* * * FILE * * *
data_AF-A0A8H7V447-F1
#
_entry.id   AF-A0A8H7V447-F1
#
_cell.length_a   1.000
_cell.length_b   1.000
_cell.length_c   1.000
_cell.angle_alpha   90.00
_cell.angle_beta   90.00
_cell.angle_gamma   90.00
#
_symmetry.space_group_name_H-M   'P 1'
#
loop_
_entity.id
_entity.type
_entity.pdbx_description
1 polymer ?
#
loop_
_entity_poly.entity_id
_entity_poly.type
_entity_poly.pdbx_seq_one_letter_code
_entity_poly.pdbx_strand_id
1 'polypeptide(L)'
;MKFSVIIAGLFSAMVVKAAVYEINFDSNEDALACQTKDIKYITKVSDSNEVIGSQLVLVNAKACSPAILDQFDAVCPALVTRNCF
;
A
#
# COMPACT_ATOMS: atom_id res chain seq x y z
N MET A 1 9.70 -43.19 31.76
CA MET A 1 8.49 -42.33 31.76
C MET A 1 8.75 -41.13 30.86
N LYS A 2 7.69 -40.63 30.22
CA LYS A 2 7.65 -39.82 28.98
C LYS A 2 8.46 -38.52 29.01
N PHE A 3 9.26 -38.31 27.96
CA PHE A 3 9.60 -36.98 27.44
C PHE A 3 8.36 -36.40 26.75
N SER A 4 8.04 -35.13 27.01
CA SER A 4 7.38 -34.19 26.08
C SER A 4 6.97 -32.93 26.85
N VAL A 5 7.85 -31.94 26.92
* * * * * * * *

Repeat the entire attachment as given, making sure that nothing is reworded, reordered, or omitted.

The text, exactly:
data_AF-A0A8H7V447-F1
#
_entry.id   AF-A0A8H7V447-F1
#
_cell.length_a   1.000
_cell.length_b   1.000
_cell.length_c   1.000
_cell.angle_alpha   90.00
_cell.angle_beta   90.00
_cell.angle_gamma   90.00
#
_symmetry.space_group_name_H-M   'P 1'
#
loop_
_entity.id
_entity.type
_entity.pdbx_description
1 polymer ?
#
loop_
_entity_poly.entity_id
_entity_poly.type
_entity_poly.pdbx_seq_one_letter_code
_entity_poly.pdbx_strand_id
1 'polypeptide(L)'
;MKFSVIIAGLFSAMVVKAAVYEINFDSNEDALACQTKDIKYITKVSDSNEVIGSQLVLVNAKACSPAILDQFDAVCPALVTRNCF
;
A
#
# COMPACT_ATOMS: atom_id res chain seq x y z
N MET A 1 9.70 -43.19 31.76
CA MET A 1 8.49 -42.33 31.76
C MET A 1 8.75 -41.13 30.86
N LYS A 2 7.69 -40.63 30.22
CA LYS A 2 7.65 -39.82 28.98
C LYS A 2 8.46 -38.52 29.01
N PHE A 3 9.26 -38.31 27.96
CA PHE A 3 9.60 -36.98 27.44
C PHE A 3 8.36 -36.40 26.75
N SER A 4 8.04 -35.13 27.01
CA SER A 4 7.38 -34.19 26.08
C SER A 4 6.97 -32.93 26.85
N VAL A 5 7.85 -31.94 26.92